That's like asking a Formula One team what's more important: the engine, the wheels or the driver. I believe everything plays a role in success, but without a clearly formulated vision there can be no progress, so we'd always start with clearly defining that.

How do you make tough decisions at SOHAR?

I research. I try to get all the available facts as quickly as possible, listen to varying opinions and only then do I reach a decision. Then, most importantly, I stick to it. And, of course, you have to try and make the right decision more than 50 percent of the time.

What do you think about social media? Has it impacted your organisation?

Yes, with camera phones and social media everyone is a journalist nowadays, and that has enormous consequences for us. On any given month, as many as 100,000 people are following our business on a daily basis via social media, so what we do and how we do it is far more transparent than ever before. Our communications as an organisations are no longer one-way, people are looking not only for feedback but a real conversation, and that's something we're just getting used to in this region.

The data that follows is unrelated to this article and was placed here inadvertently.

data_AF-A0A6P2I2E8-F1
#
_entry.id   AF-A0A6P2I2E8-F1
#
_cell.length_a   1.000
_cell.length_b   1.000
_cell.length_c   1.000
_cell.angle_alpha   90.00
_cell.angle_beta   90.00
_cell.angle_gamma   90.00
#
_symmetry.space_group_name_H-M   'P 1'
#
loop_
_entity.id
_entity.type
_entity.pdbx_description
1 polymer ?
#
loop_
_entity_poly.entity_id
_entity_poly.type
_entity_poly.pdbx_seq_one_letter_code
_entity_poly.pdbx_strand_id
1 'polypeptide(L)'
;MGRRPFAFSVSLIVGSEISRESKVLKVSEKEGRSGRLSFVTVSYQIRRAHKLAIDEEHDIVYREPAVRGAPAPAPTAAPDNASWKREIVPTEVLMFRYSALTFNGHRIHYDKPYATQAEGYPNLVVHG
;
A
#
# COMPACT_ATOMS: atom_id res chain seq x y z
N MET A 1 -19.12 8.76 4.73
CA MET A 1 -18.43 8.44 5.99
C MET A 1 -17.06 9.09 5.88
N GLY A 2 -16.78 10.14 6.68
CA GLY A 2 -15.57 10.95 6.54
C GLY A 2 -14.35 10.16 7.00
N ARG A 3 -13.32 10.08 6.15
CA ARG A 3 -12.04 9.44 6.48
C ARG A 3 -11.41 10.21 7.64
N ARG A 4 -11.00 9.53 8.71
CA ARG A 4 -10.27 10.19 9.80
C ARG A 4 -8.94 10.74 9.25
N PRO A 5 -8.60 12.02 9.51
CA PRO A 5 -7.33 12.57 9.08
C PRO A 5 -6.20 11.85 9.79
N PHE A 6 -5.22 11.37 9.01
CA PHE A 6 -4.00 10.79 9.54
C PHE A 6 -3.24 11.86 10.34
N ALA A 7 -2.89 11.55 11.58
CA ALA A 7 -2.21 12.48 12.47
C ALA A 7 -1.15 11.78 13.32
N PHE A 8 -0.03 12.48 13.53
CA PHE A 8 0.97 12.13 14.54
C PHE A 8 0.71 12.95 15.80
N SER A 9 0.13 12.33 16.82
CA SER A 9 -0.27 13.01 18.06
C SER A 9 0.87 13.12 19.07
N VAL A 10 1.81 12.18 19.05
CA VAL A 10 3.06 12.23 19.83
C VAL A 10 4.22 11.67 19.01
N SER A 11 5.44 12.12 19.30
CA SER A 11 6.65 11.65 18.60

What's the best part about working at SOHAR?

Well, I only officially started in June 2016, but so far I have enjoyed everything! But seriously, as a country, Oman is focusing on developing itself as a global logistics hub, and that fits in with my previous experience. I started out as a business consultant in the Netherlands in the early 1990s, focusing on logistics and quality. I became a business school lecturer and helped establish a specialised faculty just for logistics, before working internationally.

Most recently, I've spent the last two years in Hong Kong as Global Client Director with APM Terminals – managing client portfolios at over 60 ports around the globe. Today, SOHAR is one of the world's fastest-growing port and free zone developments, and it is establishing itself as the region's 'challenger'. Frankly, I'm very keen to play my part and help write the next chapter in its amazing success story.


How would you explain your job to an 8-year-old?

I would say that almost everything you wear, you eat or that your family owns, has been made somewhere else and then transported to your home either by ships, aeroplanes or trucks. The company that I run makes sure those things can be made, and then get to your house when you need them – be it your clothes, some food or a new refrigerator. I'd also mention that my job is really fun, and it's worth trying when you get older.

Is there a person who has had an impact on yourself as a leader?